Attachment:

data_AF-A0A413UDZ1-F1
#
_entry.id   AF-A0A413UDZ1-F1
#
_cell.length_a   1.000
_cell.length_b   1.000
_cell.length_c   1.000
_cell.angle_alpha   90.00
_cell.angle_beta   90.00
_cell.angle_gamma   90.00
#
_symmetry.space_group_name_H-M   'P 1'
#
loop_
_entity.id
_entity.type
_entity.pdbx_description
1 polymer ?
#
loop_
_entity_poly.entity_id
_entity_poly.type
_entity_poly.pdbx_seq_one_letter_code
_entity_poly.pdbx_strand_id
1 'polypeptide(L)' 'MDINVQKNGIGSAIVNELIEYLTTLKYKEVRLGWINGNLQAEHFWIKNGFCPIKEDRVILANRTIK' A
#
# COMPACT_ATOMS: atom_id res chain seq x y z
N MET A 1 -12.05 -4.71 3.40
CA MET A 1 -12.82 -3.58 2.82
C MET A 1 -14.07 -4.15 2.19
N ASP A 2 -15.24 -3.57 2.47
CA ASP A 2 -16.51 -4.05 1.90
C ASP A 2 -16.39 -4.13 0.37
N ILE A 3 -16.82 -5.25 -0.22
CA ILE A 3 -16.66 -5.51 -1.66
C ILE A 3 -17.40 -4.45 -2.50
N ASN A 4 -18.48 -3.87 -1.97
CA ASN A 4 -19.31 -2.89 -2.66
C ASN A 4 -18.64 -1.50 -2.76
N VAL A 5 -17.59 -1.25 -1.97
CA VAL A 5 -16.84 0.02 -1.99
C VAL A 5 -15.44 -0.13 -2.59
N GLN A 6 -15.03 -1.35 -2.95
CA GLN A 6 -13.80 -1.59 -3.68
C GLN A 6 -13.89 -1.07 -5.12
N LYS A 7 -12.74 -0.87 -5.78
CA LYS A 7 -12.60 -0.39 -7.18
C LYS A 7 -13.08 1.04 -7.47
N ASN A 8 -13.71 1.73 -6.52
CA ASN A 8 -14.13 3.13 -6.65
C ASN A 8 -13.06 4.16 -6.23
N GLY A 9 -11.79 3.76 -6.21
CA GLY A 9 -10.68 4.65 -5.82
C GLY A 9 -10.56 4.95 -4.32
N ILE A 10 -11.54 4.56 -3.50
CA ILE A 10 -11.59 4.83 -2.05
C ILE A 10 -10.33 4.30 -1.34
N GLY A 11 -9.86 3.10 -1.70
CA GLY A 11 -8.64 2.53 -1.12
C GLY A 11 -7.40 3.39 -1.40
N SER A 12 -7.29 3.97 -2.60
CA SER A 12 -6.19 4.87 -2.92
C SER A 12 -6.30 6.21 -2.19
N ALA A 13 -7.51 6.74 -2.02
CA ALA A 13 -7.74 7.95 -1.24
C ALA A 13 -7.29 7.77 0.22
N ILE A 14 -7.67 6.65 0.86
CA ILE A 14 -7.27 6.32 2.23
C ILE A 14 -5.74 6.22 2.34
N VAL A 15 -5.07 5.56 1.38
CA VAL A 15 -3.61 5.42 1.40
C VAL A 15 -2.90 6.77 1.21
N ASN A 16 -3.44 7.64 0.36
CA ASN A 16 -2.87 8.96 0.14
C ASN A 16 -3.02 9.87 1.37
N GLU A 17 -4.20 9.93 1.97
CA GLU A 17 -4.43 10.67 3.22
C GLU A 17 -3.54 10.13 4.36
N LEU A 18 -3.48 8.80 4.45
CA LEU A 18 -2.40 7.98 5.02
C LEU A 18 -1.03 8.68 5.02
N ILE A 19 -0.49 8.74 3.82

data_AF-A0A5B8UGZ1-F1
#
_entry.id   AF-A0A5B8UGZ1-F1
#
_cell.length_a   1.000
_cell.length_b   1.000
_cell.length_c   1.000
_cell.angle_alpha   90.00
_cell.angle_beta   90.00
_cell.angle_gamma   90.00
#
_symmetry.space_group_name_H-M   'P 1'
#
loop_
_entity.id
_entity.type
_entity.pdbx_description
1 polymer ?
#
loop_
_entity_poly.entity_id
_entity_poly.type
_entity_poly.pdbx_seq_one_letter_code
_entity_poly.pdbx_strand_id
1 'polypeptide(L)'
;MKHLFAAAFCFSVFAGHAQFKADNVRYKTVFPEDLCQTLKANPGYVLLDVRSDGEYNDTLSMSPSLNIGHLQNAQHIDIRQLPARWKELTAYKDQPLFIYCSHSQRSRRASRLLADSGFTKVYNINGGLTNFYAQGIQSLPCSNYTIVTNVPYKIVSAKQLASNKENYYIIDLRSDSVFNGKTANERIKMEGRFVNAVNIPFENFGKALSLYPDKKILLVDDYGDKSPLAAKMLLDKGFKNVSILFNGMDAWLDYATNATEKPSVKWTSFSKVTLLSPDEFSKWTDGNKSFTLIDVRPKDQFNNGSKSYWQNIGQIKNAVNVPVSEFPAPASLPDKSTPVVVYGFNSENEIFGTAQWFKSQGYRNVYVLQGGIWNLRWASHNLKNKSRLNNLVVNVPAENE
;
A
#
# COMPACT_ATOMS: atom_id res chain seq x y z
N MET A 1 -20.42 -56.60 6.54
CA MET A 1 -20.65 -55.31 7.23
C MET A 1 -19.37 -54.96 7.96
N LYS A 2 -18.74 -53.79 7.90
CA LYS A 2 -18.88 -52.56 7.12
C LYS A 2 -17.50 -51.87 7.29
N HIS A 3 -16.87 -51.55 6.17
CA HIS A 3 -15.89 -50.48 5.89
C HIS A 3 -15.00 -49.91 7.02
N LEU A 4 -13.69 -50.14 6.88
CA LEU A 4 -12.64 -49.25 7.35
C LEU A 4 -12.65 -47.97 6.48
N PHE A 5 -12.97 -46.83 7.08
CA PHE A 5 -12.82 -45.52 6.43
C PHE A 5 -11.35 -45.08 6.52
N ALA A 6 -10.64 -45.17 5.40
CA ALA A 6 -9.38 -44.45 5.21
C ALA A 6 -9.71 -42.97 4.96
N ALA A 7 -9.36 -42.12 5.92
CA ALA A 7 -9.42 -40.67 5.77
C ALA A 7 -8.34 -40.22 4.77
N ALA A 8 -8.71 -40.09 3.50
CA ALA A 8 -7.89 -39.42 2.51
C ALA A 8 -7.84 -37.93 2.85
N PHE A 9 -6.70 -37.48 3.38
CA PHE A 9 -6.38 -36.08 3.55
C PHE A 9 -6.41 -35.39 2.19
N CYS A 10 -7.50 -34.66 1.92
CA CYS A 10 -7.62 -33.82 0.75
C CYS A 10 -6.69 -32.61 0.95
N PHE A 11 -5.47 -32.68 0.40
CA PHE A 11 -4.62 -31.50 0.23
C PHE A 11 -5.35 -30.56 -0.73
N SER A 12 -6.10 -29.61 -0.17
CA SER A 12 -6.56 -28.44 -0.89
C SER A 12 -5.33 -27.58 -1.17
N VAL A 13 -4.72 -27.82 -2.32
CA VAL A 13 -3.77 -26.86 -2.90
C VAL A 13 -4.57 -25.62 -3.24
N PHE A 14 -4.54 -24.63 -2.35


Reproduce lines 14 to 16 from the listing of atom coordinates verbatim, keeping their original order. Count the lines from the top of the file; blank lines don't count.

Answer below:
loop_
_entity.id
_entity.type